Supporters of reducing plastic packaging say a hearing on the bill signals progress
Advocates for a measure to reduce plastic packaging by 50% in New York over the next decade say they are encouraged by a joint legislative hearing held on the bill this week.
The legislation would phase in reductions in plastic packaging over several years and ban a practice known as “chemical recycling.” That’s where heat or chemical reactions break down some plastic materials so they can eventually be used in new products.
The bill would also ban some toxins now found in packaging, including heavy metals and PFAS chemicals.
Assembly Environmental Chair Deborah Glick said there’s an urgent need to get a handle on what she called an excessive use of plastics.
“Younger people, our kids, are telling us that we have to do a better job because the world that we are giving them is not something that's sustainable,” Glick said. “And they intend to see that we take action — and take action promptly.”
Judith Enck, a former regional administrator of the EPA who now heads Bennington College’s Beyond Plastics, testified in support of the bill at the hearing.
“I ... emphasized that reduction of plastics is far more important than recycling of plastics, because plastic recycling has been an abysmal failure,” Enck said. “We need to be honest that plastic recycling doesn't work. So we have to reduce it.”
Enck said for every three pounds of fish in the world’s oceans today, there is one pound of plastic debris. She said if nothing changes, it’s estimated there will be one pound of plastic for every pound of fish by 2050.
Craig Cookson, with plastics sustainability at the American Chemistry Council, is among those speaking against the measure. He said instead of mandating a reduction in plastic packaging, he favors improving the recycling markets and better educating the public about recycling.
Cookson said consumers want more recycled products.
“Industry wants, because their customers are demanding, that they have more recycled content in their packaging and products,” Cookson said. “And so industry is working to get more of that.”
Cookson said there's no need for a ban on chemical recycling, which his organization calls advanced recycling. He said the process has been misunderstood and that there is no burning involved.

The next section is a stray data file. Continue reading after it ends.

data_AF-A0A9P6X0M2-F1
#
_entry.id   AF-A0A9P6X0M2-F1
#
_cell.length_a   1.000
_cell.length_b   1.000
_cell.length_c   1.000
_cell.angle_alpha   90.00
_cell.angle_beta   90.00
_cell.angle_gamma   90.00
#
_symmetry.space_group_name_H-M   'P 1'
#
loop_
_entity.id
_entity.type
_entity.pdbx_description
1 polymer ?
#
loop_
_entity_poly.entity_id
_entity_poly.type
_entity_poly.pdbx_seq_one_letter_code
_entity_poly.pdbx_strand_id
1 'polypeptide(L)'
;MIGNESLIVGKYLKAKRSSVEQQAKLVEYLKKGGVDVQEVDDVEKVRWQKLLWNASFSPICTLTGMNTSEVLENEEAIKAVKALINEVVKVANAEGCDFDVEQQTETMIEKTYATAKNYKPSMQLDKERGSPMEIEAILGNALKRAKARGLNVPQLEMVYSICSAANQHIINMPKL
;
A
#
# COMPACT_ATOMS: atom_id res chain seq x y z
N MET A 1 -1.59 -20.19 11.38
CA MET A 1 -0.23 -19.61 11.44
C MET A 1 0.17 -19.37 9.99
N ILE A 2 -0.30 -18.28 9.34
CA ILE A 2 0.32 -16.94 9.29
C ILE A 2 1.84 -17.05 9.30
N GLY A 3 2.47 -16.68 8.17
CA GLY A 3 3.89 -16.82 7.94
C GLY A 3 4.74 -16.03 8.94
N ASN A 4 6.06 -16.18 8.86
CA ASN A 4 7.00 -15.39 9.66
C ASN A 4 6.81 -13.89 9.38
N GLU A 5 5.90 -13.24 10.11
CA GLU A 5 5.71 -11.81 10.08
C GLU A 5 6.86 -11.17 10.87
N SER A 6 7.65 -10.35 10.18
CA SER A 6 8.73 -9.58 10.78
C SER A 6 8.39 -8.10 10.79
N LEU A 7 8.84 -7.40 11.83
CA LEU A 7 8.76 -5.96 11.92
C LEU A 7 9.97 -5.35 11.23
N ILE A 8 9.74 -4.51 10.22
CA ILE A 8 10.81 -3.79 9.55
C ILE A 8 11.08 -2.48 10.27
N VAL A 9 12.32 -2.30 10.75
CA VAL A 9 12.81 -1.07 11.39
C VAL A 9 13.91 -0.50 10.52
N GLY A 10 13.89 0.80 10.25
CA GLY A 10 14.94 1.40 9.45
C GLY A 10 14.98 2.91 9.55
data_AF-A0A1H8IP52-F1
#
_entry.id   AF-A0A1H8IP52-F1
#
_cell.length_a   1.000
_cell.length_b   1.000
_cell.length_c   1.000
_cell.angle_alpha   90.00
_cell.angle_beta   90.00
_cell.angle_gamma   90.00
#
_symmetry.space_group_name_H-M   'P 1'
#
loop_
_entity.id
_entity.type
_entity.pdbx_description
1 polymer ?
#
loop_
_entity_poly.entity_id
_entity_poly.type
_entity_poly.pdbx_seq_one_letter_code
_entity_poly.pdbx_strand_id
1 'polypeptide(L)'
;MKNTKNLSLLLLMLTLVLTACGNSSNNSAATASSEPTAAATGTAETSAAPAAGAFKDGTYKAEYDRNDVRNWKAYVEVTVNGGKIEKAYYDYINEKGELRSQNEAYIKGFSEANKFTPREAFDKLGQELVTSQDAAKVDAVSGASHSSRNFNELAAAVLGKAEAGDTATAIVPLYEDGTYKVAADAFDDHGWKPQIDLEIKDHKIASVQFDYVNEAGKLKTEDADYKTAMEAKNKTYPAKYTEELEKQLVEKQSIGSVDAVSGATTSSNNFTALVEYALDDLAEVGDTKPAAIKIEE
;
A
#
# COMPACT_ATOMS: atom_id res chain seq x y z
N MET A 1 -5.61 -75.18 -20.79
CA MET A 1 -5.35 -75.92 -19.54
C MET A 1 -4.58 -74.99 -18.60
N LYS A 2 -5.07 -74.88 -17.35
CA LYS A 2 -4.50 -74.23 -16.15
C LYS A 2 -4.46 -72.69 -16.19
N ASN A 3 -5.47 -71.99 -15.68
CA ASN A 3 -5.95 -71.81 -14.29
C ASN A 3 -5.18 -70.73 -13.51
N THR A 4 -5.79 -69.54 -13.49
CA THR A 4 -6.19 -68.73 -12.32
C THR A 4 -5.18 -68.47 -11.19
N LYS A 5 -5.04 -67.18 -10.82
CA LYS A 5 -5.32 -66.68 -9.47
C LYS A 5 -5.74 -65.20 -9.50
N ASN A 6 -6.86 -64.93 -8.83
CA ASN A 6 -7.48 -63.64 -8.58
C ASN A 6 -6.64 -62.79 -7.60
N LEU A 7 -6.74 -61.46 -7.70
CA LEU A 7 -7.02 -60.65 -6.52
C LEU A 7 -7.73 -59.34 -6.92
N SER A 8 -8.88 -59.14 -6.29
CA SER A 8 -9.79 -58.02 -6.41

“That’s a complete mischaracterization of the technology,” Cookson said. “These technologies work in an oxygen-deprived, very low oxygen environment, so there is no combustion.”
Cookson said the process uses heat and other catalysts to break down plastics to their basic chemical components.
“That feedstock of that raw material becomes an alternative feedstock to oil and natural gas in the production of new plastics or chemicals again,” he said.
Enck and other environmental advocates said it’s the chemicals and plastics industries that are mischaracterizing the process.
“They say there's no oxygen in the chamber, and therefore you don't get a flame,” Enck said. “Chemical recycling is an attempt — I underline attempt — to keep plastic at a very high temperature. And typically, it gets turned into fossil fuel, or synthetic gas. The last thing the world needs is more fossil fuel.”
Enck said the fact that the chairs of the State Legislature’s environmental conservation committees held a daylong hearing is a good sign that there will be a law passed in 2024 that reduces plastic packaging. She said groups like hers will have to make sure that the final legislation does what it says and does not include any loopholes.
Cookson isn’t giving up, either.
“There's a lot of innings to play in this game,” Cookson said.
Senate Environmental Chair Peter Harckham said lawmakers will continue to hear from the stakeholders and try to address their concerns as they work toward a final bill.